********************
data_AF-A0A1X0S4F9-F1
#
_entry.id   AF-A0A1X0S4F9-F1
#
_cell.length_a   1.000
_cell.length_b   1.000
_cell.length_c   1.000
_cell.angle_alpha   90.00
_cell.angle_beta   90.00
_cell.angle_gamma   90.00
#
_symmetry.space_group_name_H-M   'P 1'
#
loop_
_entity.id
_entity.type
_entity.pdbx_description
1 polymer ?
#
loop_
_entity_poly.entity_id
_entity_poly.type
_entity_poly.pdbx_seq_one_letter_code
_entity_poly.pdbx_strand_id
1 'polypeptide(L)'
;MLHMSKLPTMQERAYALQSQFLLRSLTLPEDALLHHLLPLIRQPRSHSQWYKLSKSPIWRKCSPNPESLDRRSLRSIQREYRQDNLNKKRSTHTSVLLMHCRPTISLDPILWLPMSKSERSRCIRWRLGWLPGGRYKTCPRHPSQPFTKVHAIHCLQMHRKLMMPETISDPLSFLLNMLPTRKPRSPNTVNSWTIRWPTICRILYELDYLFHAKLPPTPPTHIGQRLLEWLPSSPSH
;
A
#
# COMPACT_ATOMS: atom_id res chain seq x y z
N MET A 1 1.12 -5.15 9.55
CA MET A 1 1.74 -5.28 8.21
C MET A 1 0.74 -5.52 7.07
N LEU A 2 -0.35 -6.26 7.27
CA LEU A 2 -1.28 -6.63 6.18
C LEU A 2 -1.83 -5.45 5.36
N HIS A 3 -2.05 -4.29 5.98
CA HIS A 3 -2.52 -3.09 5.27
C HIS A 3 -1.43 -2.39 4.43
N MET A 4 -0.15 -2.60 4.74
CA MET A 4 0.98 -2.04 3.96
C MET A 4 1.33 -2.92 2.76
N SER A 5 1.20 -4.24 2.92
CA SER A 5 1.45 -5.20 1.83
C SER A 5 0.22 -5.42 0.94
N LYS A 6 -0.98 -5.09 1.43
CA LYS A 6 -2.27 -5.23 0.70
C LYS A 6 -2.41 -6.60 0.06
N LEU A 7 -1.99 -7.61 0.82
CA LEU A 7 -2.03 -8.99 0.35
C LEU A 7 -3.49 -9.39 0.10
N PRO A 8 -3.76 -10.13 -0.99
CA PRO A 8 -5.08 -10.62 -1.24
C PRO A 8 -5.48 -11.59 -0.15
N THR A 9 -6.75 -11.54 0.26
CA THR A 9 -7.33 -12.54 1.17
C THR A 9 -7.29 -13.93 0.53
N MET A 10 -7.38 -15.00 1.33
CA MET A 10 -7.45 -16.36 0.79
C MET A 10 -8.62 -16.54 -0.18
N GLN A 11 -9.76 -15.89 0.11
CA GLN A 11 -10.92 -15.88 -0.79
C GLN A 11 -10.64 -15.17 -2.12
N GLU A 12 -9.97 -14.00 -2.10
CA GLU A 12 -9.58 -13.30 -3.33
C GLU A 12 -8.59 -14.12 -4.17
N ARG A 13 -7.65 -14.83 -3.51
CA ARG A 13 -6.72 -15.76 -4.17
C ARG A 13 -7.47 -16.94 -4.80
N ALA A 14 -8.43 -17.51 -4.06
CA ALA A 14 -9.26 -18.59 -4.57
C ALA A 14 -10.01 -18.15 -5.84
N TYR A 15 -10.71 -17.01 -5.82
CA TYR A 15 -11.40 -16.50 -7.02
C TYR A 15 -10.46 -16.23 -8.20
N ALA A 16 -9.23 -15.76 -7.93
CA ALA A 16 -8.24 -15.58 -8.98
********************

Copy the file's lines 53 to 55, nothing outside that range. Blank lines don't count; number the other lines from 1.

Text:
CA PRO A 8 -5.08 -10.62 -1.24
C PRO A 8 -5.48 -11.59 -0.15
N THR A 9 -6.75 -11.54 0.26